Jesus Creed

Some Christians are functional deists: they believe in God but their God has very little to do with this world. He’s the clockmaker God; made this place and then let it run. On the other hand, some Christians are theological determinists: they believe everything that happens is the result of God’s plans and God’s designs and God’s intent. Adam Hamilton, in Seeing Gray in a World of Black and White: Thoughts on Religion, Morality, and Politics, addresses this question in chp 14.

Hamilton makes it clear that deism is simply a contradiction to what the Bible teaches — that God is personal and involved in this world of ours and in our lives.

Hamilton is clear and I wish more determinists would fess up on this one: if you are a determinist, you have to believe God determines everything. Including bad things. God may not be the direct agent of everything, he is the ultimate cause. Including bad things, and Hamilton points to rape (and he refers here to a horrendous story he knows personally).

“No,” he says, “I don’t believe everything happens for a reason if, by this, someone means that the evil happened according to the will of God” (124). “I consider it blasphemy of the worst kind to attribute such evil [he refers again to the rape of a young girl] to God” (124).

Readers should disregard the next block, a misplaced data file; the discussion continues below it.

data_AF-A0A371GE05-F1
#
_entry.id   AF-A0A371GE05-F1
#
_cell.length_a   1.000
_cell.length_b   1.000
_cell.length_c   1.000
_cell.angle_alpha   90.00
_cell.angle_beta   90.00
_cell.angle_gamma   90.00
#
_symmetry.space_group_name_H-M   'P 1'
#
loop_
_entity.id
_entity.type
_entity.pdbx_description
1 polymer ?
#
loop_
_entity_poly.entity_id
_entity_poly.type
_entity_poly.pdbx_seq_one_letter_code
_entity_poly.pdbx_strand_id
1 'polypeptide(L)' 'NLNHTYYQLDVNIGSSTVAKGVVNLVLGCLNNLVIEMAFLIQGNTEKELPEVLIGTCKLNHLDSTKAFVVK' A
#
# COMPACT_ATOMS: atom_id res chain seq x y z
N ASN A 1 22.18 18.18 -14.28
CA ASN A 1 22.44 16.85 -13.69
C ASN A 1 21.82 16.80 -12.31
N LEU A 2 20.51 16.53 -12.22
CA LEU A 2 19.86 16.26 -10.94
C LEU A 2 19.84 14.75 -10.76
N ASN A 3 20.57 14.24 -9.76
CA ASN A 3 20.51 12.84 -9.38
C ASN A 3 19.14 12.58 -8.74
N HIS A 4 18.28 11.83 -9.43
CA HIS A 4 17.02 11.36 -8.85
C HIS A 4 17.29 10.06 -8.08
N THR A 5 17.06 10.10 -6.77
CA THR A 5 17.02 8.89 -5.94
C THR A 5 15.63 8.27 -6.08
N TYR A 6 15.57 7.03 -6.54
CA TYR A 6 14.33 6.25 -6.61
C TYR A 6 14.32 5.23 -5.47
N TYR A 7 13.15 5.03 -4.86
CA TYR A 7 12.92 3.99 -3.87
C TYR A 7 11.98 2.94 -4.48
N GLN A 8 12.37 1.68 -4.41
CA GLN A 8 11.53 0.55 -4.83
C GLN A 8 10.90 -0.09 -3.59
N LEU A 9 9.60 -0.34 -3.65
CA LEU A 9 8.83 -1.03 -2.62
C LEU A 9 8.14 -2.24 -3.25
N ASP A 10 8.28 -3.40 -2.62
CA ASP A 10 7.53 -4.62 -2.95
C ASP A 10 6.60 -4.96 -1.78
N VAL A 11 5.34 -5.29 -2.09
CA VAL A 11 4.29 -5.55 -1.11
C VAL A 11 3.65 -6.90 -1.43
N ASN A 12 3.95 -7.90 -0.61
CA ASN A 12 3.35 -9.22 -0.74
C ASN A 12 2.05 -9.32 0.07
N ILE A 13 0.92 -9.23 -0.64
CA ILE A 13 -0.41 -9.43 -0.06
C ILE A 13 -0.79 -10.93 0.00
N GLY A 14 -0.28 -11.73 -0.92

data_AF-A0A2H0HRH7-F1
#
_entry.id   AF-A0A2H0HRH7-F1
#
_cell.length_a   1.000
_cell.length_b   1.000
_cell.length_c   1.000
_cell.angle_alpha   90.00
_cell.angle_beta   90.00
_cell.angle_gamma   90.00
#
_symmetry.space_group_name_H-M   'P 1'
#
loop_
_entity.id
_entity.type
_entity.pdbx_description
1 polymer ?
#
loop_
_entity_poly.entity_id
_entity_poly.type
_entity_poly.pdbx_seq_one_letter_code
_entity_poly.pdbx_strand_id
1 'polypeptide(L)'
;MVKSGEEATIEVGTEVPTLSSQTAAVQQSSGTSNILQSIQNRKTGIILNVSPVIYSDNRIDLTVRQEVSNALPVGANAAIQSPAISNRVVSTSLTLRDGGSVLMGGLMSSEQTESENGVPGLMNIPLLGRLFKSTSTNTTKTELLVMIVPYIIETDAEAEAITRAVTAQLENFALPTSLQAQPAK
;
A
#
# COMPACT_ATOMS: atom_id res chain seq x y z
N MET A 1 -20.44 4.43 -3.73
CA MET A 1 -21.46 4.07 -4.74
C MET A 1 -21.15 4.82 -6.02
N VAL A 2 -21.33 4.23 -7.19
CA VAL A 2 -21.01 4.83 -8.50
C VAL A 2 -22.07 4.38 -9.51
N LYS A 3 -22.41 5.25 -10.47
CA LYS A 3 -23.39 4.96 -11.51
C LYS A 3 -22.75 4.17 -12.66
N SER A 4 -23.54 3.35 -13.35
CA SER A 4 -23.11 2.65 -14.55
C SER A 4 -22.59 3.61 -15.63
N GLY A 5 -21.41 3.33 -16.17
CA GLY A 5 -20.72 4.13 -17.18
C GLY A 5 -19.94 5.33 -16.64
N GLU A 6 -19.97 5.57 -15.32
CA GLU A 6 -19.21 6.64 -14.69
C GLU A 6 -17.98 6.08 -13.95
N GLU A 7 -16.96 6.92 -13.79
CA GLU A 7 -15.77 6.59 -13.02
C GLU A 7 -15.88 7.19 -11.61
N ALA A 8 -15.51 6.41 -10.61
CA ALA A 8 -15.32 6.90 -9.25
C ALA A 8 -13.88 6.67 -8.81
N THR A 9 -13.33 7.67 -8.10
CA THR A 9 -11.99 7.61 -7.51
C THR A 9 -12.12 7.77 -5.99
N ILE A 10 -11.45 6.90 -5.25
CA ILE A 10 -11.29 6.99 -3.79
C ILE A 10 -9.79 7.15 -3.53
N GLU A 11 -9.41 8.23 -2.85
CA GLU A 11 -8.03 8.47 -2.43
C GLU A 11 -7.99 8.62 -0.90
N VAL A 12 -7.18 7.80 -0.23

He admits: “I was once a determinist.” He has had an experience or two that forced him to rethink his determinism.

He doesn’t believe God determines everything but instead that God uses everything for good. So, he — as so many of us do — appeals to the world God has made and into which God permitted freedom within limits. Somehow, “God has a way of bringing about his redemptive purposes through the tragic things that happen on our planet, and the terrible things we sometimes do to one another” (128). “God’s ordinary way is to clean up after us” (129).

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